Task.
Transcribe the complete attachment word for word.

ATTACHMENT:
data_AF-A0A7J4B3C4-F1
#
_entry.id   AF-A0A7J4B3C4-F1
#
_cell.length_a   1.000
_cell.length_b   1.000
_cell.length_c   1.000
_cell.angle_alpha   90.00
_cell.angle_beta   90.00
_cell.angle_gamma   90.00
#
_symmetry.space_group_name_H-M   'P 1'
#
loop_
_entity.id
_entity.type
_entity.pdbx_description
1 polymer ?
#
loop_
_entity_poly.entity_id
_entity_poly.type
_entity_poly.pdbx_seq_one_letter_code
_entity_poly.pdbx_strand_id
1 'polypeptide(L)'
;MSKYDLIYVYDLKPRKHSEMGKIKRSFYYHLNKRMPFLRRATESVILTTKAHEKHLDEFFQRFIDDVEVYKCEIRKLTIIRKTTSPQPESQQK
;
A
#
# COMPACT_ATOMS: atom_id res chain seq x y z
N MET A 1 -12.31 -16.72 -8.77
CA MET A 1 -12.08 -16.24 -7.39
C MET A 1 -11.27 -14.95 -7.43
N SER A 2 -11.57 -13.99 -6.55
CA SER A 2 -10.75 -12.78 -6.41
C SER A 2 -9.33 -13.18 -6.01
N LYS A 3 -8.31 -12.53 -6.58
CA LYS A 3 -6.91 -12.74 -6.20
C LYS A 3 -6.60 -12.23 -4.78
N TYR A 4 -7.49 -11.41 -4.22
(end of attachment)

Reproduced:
data_AF-A0A7J4B3C4-F1
#
_entry.id   AF-A0A7J4B3C4-F1
#
_cell.length_a   1.000
_cell.length_b   1.000
_cell.length_c   1.000
_cell.angle_alpha   90.00
_cell.angle_beta   90.00
_cell.angle_gamma   90.00
#
_symmetry.space_group_name_H-M   'P 1'
#
loop_
_entity.id
_entity.type
_entity.pdbx_description
1 polymer ?
#
loop_
_entity_poly.entity_id
_entity_poly.type
_entity_poly.pdbx_seq_one_letter_code
_entity_poly.pdbx_strand_id
1 'polypeptide(L)'
;MSKYDLIYVYDLKPRKHSEMGKIKRSFYYHLNKRMPFLRRATESVILTTKAHEKHLDEFFQRFIDDVEVYKCEIRKLTIIRKTTSPQPESQQK
;
A
#
# COMPACT_ATOMS: atom_id res chain seq x y z
N MET A 1 -12.31 -16.72 -8.77
CA MET A 1 -12.08 -16.24 -7.39
C MET A 1 -11.27 -14.95 -7.43
N SER A 2 -11.57 -13.99 -6.55
CA SER A 2 -10.75 -12.78 -6.41
C SER A 2 -9.33 -13.18 -6.01
N LYS A 3 -8.31 -12.53 -6.58
CA LYS A 3 -6.91 -12.74 -6.20
C LYS A 3 -6.60 -12.23 -4.78
N TYR A 4 -7.49 -11.41 -4.22